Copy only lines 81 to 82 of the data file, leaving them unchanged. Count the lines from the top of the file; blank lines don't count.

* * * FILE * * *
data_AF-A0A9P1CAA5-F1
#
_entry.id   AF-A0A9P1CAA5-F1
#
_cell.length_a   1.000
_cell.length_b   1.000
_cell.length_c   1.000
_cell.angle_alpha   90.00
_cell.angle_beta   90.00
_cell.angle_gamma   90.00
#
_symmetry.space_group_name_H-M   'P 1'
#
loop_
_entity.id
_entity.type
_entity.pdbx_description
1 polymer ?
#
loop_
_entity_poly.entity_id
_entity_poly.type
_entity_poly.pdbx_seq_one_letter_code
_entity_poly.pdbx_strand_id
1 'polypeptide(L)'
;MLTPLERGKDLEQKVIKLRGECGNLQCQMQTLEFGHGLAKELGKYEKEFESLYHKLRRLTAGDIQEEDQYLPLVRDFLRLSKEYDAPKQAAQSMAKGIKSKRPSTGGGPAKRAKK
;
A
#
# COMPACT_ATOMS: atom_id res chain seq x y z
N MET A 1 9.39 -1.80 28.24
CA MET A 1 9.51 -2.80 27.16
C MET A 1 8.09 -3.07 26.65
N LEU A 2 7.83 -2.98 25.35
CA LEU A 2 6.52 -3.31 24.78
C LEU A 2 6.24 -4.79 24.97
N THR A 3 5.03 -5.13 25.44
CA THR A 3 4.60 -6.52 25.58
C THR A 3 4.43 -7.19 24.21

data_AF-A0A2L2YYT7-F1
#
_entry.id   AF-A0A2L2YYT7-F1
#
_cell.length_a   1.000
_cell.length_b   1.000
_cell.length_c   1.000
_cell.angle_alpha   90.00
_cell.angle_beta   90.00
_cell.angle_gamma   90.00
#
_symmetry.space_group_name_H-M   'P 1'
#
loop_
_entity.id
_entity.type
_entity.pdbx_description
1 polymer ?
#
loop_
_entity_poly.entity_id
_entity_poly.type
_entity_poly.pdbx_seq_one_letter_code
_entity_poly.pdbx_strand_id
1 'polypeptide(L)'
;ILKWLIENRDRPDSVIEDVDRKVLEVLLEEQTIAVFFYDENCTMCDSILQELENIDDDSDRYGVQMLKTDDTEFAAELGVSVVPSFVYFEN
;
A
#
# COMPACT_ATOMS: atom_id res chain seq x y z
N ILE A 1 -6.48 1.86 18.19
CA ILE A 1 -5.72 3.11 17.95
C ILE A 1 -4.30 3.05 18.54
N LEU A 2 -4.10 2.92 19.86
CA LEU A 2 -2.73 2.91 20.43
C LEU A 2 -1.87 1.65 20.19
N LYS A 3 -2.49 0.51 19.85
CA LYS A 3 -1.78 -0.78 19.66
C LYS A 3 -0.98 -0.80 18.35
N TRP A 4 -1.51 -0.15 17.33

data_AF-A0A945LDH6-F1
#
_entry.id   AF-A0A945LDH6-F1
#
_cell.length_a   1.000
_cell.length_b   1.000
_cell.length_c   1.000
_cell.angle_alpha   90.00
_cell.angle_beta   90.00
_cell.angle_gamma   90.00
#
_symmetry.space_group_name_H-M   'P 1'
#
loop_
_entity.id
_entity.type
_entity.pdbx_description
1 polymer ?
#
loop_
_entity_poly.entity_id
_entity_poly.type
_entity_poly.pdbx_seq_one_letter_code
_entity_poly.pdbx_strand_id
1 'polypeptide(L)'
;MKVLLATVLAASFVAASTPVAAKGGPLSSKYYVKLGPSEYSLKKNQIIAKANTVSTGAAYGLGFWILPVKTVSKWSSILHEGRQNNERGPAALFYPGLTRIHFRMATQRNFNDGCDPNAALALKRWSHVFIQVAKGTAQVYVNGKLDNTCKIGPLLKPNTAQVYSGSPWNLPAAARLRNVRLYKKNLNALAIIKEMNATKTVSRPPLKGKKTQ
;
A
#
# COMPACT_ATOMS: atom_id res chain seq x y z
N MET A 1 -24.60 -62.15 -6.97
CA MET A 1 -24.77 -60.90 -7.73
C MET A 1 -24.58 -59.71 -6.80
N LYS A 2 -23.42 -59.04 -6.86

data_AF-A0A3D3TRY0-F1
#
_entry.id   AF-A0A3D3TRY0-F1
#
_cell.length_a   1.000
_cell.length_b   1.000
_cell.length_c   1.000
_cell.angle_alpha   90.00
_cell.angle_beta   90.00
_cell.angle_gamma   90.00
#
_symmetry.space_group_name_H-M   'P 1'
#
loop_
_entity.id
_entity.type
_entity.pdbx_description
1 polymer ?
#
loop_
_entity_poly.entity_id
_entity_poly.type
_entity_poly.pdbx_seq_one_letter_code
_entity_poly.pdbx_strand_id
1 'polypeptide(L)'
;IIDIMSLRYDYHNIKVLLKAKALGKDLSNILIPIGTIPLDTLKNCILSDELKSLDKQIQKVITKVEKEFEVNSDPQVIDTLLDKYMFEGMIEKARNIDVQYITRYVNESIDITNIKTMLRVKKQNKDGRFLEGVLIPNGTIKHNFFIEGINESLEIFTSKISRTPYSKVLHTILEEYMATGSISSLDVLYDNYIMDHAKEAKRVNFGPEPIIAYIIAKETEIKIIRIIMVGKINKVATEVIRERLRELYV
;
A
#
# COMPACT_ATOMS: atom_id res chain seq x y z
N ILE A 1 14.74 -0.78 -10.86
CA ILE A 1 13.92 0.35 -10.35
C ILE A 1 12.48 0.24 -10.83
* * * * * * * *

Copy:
#
_entry.id   AF-A0A945LDH6-F1